WASHINGTON, July 13 (Reuters) - The rules for the Treasury market should be reviewed, U.S. regulators said on Monday, as they released a much-anticipated first study into wild price swings on Oct. 15 in that market, an event many have blamed on overly tight regulation.
The data showed no single cause for one of the biggest price jumps since 1998 on a day when there were no significant policy announcements, the five regulatory agencies said.
The Treasury Department, the Federal Reserve Board and the Federal Reserve Bank of New York, the Securities and Exchange Commission and the Commodity Futures Trading Commission contributed to the report.
Market participants have blamed a tight new regulatory regime for Wall Street banks, introduced after the 2007-09 financial crisis, for a dearth of liquidity in the bond market where the banks play a dominant role.
The banks can no longer hold sufficient inventory of the securities to match buyers and sellers, they say.
On Oct. 15, the 10-year Treasury yield traded in a range of around 36 basis points, more than four standard deviations above normal and the largest swing since August 2011. The 10-year’s futures volume was the second highest on record.
While top regulators, such as Fed Governors Dan Tarullo and Treasury Secretary Jack Lew, have acknowledged that the matter was worth looking into, they have stopped short of blaming the 2010 Dodd-Frank law as the sole cause for the big gyrations.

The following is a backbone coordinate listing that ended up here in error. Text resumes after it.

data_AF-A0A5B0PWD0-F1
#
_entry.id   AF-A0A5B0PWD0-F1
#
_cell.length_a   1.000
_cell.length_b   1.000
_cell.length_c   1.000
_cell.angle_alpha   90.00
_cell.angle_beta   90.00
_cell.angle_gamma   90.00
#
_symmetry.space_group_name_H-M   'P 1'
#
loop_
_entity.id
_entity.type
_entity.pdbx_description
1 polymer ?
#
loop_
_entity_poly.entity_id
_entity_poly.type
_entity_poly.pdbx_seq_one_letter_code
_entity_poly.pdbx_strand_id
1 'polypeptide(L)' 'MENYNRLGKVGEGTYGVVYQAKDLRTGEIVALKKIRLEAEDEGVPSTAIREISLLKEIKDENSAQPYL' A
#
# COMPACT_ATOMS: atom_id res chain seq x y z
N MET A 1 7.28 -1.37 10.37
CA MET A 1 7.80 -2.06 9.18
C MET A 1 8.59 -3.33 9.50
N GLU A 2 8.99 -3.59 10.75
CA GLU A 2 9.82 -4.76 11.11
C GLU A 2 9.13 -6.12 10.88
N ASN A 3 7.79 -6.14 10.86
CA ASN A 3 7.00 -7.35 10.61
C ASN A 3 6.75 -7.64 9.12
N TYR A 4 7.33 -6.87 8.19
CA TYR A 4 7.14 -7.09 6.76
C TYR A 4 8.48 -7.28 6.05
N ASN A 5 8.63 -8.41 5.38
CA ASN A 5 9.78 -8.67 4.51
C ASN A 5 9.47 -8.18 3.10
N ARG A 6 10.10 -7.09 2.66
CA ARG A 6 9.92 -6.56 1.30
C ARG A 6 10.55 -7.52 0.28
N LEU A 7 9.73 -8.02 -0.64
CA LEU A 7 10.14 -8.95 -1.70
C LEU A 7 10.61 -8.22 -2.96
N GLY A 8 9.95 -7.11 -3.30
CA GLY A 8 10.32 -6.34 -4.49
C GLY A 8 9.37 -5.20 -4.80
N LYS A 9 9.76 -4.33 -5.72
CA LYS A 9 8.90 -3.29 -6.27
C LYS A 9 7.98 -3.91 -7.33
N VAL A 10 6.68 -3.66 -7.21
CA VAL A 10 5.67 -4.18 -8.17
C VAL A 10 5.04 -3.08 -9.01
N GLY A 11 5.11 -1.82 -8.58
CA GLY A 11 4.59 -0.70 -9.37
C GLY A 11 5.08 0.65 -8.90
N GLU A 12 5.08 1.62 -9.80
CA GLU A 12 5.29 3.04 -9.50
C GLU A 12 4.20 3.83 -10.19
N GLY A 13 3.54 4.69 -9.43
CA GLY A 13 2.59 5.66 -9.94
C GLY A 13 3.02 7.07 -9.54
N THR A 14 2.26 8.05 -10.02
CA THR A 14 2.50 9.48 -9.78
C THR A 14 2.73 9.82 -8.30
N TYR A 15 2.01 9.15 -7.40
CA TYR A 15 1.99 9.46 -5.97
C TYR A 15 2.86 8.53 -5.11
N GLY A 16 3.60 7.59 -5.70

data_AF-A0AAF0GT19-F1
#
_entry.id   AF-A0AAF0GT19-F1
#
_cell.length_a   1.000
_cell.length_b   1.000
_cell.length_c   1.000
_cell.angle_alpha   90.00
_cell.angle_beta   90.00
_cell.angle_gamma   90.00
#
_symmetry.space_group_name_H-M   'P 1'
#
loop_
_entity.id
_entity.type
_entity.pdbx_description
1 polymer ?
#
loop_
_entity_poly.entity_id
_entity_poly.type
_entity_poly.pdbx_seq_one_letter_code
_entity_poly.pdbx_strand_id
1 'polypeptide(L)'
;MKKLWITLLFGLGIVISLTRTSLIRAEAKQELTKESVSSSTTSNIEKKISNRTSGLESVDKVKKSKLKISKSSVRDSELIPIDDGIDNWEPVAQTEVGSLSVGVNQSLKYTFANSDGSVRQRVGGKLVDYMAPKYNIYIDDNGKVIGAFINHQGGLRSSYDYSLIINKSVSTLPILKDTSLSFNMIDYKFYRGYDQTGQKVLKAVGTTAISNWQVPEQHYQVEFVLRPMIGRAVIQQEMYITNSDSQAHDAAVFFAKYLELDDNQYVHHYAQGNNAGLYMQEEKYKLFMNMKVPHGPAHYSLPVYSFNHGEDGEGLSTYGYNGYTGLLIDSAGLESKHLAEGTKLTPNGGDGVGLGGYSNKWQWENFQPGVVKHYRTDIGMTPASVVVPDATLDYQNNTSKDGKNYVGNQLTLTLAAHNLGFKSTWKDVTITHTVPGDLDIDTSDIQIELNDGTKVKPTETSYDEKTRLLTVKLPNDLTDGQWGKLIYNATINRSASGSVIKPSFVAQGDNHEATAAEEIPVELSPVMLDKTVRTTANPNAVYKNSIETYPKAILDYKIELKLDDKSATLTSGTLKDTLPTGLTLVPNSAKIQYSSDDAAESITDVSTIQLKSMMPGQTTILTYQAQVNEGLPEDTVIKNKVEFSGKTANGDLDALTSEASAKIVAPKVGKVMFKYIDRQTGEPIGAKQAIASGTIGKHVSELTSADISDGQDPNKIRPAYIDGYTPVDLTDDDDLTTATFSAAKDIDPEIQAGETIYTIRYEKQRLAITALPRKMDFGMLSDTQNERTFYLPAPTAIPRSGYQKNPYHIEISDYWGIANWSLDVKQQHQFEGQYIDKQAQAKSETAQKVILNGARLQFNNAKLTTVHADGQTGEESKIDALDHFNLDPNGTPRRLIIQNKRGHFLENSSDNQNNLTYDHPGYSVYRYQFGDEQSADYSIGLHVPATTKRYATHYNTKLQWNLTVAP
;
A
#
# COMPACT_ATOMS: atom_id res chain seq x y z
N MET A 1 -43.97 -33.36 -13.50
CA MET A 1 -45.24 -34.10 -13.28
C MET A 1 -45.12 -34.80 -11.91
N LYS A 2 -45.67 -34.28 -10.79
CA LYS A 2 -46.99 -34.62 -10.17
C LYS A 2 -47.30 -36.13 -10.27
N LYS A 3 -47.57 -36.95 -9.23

The only notable news on Oct. 15 was U.S. retail sales data, but the price reaction was much larger than could have been expected, given there were few surprises, the report said.
Monday’s report looked in detail at the role of high-frequency traders, which have taken much of the blame for similar events in the stock market.
One conclusion was that these firms stayed in the market on Oct. 15 to provide liquidity.
“They ... continued to provide liquidity to the cash and futures order books, though at much reduced levels,” the report said.
“Bank-dealers ... provided less liquidity in the order books by widening their spreads and withdrawing for brief periods from the offer side of the book.”
Nevertheless, the report suggested looking into whether some of these automated trading firms operating in the Treasury market should be required to register.
Another recommendation was to develop best practices for market conduct, related to voice and automated trading. (Editing by Bernadette Baum)